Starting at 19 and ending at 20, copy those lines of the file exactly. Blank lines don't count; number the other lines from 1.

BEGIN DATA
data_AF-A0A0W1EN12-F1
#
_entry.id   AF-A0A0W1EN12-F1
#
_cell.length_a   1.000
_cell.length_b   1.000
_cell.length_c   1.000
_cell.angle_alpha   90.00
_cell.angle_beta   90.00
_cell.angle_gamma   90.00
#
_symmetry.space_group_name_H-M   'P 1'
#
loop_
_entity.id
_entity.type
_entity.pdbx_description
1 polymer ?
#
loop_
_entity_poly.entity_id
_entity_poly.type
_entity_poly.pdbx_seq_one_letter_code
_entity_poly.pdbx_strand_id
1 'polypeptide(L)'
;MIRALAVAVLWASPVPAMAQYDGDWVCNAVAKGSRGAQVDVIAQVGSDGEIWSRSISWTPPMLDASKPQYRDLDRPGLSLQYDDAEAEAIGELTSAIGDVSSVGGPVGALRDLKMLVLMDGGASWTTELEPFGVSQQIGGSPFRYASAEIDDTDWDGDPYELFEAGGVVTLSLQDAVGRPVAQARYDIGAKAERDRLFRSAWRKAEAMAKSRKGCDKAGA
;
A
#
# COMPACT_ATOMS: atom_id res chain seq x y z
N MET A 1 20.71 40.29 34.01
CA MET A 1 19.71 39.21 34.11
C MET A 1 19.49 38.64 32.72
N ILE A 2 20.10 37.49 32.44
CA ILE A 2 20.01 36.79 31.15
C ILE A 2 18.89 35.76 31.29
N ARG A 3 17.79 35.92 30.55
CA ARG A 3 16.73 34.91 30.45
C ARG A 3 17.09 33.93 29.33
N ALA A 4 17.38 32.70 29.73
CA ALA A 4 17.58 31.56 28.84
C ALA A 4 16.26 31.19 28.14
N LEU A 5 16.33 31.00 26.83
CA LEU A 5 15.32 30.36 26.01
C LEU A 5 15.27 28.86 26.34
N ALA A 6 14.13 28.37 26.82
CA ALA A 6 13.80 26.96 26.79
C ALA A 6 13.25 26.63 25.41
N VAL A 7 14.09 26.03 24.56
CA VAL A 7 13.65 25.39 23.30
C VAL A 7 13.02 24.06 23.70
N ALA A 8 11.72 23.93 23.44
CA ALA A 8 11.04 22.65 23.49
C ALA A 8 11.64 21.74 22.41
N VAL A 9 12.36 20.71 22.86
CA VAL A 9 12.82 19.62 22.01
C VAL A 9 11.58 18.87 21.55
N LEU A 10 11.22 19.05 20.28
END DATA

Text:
#
loop_